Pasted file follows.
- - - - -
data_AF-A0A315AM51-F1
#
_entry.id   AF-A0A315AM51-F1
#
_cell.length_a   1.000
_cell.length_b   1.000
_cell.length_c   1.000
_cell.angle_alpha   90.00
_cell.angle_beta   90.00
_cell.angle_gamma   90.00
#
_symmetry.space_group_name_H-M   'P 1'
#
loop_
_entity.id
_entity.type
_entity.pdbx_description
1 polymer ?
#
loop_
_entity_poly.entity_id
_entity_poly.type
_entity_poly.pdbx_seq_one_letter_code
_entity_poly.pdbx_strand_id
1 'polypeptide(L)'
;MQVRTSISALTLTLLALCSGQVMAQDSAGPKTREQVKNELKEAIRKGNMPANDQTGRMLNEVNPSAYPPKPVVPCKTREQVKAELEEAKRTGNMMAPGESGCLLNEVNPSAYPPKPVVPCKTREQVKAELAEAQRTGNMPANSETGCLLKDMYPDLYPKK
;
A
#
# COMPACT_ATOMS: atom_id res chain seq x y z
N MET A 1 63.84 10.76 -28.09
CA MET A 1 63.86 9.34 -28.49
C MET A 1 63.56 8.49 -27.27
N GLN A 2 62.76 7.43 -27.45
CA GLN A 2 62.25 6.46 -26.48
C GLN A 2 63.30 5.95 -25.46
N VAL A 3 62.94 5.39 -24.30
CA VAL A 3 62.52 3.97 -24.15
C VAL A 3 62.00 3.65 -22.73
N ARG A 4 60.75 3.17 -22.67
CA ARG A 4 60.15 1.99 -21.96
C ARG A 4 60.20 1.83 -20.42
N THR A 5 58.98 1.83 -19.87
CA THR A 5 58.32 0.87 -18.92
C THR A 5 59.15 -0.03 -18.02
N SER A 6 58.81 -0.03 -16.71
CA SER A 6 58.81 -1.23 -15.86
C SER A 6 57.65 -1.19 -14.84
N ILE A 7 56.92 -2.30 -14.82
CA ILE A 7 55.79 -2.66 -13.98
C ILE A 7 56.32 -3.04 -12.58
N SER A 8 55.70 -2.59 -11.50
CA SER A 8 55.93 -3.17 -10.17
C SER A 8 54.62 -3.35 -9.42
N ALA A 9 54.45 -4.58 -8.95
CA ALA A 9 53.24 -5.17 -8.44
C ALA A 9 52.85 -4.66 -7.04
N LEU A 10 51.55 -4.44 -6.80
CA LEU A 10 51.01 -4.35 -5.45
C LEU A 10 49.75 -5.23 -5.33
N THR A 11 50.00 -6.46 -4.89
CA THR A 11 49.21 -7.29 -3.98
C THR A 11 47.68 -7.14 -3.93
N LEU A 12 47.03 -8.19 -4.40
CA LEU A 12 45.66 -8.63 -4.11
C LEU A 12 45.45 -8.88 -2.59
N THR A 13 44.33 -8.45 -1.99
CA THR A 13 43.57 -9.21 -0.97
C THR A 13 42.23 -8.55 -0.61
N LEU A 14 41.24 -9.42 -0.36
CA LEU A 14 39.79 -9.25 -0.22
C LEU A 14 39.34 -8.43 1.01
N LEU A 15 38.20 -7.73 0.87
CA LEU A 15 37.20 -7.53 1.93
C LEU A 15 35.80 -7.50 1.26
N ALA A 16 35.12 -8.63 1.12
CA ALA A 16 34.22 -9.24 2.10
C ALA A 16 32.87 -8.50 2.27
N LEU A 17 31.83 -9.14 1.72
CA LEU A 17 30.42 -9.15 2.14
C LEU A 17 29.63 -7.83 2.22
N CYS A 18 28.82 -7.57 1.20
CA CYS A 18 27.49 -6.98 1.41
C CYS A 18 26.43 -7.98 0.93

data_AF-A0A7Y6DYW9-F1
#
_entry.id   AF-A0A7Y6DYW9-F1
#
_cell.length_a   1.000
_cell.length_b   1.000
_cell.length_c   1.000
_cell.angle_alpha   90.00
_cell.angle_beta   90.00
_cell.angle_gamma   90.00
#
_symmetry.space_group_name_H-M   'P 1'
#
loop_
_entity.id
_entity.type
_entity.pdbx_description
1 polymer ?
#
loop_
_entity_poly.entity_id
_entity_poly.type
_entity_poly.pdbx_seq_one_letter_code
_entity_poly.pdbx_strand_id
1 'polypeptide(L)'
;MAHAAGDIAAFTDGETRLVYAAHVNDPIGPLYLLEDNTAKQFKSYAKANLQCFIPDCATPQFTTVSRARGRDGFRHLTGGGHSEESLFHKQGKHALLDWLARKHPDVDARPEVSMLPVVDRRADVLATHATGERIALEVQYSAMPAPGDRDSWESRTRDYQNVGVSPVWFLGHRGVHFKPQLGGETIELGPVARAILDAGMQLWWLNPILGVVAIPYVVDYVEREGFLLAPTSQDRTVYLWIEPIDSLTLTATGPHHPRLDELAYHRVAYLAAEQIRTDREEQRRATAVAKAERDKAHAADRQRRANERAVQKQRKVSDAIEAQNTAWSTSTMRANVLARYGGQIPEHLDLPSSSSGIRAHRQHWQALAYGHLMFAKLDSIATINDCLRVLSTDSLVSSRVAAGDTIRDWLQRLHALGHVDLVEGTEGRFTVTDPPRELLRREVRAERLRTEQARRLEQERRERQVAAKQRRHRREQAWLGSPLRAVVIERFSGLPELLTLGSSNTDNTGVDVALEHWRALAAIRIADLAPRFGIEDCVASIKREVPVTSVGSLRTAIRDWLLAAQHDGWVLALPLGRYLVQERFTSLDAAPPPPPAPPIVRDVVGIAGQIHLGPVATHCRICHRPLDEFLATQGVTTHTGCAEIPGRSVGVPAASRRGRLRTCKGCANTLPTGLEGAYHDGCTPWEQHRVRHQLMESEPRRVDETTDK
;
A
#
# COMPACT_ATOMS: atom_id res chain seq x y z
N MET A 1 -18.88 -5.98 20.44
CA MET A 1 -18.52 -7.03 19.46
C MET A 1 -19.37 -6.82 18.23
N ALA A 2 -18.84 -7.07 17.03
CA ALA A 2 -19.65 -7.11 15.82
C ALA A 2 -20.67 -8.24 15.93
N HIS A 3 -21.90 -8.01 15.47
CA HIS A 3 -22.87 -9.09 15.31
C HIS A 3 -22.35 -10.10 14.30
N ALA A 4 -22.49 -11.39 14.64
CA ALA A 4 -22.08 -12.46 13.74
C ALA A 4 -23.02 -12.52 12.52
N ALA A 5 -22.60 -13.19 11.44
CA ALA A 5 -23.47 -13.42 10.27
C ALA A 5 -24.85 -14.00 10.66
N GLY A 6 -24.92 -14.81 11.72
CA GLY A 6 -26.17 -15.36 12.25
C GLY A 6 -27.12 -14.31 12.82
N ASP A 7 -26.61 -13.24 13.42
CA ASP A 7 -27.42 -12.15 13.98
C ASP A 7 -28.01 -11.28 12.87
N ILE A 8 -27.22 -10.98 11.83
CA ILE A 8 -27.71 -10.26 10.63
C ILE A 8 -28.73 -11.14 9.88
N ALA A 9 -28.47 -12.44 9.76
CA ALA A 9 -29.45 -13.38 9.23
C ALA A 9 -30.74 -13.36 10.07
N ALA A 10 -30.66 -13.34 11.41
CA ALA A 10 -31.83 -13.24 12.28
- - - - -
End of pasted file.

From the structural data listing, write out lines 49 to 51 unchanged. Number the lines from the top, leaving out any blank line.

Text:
N ILE A 7 56.92 -2.30 -14.82
CA ILE A 7 55.79 -2.66 -13.98
C ILE A 7 56.32 -3.04 -12.58